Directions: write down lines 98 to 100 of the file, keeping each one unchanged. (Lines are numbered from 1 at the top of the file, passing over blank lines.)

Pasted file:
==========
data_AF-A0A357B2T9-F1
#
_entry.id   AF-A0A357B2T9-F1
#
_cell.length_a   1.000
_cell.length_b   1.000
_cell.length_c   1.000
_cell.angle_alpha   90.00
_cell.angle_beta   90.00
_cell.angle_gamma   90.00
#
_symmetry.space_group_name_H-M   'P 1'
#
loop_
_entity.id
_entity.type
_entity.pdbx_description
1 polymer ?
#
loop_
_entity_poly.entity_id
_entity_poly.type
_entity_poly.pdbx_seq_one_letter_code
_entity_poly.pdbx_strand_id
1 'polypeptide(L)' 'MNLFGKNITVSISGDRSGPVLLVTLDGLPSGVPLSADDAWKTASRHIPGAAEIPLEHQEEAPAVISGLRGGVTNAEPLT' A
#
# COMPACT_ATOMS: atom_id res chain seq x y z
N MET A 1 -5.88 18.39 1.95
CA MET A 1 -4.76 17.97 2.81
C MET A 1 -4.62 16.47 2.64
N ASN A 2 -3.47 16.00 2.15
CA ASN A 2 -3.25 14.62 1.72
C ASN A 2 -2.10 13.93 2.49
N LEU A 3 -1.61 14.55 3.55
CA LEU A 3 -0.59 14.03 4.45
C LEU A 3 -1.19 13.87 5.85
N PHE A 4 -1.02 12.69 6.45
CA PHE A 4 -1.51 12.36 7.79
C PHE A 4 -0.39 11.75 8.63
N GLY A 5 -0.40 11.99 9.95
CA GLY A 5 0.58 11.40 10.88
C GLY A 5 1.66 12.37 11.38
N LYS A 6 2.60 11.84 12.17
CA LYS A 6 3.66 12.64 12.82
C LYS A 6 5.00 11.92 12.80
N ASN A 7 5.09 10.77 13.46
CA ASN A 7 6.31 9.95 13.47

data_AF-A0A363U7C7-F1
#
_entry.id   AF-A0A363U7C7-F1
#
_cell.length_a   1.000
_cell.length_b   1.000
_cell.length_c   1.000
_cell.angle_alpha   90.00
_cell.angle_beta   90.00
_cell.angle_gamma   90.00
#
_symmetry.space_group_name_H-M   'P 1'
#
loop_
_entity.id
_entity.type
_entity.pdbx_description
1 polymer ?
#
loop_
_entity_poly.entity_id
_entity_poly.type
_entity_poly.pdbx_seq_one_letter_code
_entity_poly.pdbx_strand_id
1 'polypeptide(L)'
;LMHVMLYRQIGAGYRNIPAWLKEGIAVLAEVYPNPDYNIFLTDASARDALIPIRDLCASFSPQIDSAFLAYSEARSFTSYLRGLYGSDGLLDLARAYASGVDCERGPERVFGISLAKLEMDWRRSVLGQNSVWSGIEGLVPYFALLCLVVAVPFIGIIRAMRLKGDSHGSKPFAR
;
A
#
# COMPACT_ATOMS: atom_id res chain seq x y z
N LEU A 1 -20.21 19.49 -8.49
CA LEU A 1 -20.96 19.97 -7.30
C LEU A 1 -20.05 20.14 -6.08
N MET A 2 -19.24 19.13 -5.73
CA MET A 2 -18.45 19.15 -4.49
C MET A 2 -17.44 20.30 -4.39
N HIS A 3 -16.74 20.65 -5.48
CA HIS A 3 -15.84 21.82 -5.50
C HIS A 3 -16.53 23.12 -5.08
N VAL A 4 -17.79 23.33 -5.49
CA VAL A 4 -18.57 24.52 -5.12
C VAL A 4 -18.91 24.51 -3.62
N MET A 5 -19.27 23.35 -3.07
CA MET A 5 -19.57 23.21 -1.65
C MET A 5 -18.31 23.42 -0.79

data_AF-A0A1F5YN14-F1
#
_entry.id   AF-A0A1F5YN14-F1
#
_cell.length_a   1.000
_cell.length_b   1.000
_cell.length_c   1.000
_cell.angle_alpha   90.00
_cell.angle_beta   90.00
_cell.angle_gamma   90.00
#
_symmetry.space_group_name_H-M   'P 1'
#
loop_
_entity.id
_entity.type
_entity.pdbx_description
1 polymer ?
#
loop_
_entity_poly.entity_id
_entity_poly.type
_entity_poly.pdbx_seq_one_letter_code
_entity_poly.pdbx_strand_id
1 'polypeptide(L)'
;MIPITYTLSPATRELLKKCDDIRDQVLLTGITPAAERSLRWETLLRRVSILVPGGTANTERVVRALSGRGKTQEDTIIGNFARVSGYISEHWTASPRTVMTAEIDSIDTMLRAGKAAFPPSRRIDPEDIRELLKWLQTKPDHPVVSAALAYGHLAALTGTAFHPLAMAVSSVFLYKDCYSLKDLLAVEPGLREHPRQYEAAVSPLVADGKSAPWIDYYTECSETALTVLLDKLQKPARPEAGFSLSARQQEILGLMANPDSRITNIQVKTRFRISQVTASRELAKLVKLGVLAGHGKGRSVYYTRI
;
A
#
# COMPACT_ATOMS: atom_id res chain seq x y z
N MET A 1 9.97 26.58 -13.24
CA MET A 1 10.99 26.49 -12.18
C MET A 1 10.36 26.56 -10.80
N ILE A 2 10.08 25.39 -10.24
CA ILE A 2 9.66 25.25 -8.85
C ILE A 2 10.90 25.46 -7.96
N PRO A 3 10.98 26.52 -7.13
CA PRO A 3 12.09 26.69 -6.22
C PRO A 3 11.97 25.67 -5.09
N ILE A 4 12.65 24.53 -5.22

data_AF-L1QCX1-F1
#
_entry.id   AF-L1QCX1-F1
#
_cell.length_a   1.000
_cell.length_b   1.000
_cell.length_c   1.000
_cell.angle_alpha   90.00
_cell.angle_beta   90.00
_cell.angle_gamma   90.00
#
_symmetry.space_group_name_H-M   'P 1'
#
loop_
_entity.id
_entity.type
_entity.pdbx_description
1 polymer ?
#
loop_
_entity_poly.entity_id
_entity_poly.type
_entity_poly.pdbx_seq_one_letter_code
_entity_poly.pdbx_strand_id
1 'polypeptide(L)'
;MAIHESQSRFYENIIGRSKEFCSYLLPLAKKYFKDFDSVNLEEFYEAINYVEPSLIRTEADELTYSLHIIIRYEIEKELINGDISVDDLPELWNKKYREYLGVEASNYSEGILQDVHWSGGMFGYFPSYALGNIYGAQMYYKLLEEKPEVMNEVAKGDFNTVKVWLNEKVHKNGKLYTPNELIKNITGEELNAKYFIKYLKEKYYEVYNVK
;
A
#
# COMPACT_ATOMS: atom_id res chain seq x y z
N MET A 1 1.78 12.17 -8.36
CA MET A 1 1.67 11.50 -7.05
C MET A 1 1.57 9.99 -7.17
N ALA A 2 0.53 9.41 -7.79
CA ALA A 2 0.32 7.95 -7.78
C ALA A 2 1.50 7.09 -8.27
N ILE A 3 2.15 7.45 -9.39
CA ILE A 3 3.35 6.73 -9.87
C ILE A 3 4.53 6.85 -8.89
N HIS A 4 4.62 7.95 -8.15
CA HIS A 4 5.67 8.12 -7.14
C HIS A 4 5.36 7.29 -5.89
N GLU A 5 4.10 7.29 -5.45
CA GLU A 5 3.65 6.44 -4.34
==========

_cell.length_b   1.000
_cell.length_c   1.000
_cell.angle_alpha   90.00